While aware of this case law, the Court's practice in diversity cases is to instruct the jury on the preponderance of the evidence standard. The Court recognizes that the allocation of the burden of proof is a matter governed by state law. Erie Railroad Co. v. Tompkins, 304 U.S. 64 (1938)(the federal court is to apply state substantive law in a diversity case); Safeco Ins. Co. of America v. City of White House, Tennessee, 191 F.3d 675, 681 (6th Cir. 1999). However, the Court is of the view that the form or manner of giving the instruction is controlled by federal law. See Broadcast Satellite Intern, Inc. v. National Digital Television Center, Inc., 323 F.3d 339, 347 (5th Cir. 2003) (citing Turlington v. United States Fidelity & Guar., 795 F.2d 434, 439, 441 (5th Cir. 1986)); King v. Ford Motor Co., 209 F.3d 886, 897 (6th Cir. 2000)(“In a diversity action, state law determines the substance of the jury instructions; however, questions regarding the propriety of the instructions are governed by federal procedural law.”). See also Asher v. Unarco Material Handling, Inc., 2008 WL 6808437, *1 (E.D. Ky. October 15, 2008)(denying plaintiffs' motion in limine to preclude mention of the burden of proof); Harman v. Sullivan University System, Inc., 2006 WL 861269, *2 (W.D. Ky. March 29, 2006)(same); Niles v. Owensboro Med. Health Sys., Inc., 2011 WL 3205369, at *2-3 (W.D. Ky. July 27, 2011).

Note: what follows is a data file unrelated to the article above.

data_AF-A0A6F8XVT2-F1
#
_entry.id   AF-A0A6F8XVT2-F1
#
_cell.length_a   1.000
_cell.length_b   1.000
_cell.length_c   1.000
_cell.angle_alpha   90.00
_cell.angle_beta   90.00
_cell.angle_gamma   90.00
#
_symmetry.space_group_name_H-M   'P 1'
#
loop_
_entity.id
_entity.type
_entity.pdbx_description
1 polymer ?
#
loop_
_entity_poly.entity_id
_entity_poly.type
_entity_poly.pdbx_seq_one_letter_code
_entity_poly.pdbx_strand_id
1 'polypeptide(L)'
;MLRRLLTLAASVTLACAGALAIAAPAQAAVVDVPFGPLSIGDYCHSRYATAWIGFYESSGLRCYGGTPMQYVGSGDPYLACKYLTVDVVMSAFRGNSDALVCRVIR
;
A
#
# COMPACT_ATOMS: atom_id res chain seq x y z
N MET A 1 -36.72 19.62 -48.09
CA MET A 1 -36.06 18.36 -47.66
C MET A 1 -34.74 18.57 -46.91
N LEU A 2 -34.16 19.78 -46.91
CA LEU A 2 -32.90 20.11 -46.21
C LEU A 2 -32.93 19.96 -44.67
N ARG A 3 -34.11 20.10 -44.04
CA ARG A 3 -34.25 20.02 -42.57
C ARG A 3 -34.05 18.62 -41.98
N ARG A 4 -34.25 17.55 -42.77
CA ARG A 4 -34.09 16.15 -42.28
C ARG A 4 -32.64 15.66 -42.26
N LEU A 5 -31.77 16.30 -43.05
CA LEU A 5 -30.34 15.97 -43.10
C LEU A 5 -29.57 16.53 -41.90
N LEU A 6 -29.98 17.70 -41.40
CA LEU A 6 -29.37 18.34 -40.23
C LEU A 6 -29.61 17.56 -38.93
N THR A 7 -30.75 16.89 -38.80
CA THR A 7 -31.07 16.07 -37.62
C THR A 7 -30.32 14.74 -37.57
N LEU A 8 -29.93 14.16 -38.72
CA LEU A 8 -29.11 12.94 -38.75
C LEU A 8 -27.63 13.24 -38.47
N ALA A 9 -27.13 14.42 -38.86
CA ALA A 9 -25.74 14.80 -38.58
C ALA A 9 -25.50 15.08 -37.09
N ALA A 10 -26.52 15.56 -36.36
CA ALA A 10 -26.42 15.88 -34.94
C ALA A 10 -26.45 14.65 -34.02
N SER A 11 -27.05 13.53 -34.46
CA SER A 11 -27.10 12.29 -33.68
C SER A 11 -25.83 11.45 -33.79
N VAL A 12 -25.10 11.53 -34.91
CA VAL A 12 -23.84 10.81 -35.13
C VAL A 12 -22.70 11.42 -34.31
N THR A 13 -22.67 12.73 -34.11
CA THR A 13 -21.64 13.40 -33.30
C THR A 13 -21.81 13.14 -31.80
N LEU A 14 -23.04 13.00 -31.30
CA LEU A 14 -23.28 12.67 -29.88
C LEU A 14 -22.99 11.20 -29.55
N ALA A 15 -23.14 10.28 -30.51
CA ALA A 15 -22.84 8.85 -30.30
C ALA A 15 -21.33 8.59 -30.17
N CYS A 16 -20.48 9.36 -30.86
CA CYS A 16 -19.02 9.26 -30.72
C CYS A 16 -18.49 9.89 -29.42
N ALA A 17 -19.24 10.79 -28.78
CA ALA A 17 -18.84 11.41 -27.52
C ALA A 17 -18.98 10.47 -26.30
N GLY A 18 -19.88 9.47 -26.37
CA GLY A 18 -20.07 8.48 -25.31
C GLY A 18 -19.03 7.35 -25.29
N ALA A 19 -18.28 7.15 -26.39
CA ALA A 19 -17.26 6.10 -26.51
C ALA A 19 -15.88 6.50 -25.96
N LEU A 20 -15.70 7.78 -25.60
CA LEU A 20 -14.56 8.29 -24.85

For these reasons, the motion by Plaintiff to exclude any evidence or argument concerning the burden of proof is DENIED.

         F. Evidence of Effect of a Damage Award on Plaintiff

         PLAINTIFF moves to exclude any reference to, suggestion of, or evidence demonstrating that a damages award “will not undo any injuries and harm” caused by the Defendant or the tortfeasor, including any suggestions that a damage award will act as a windfall for the Plaintiff. Plaintiff argues this ...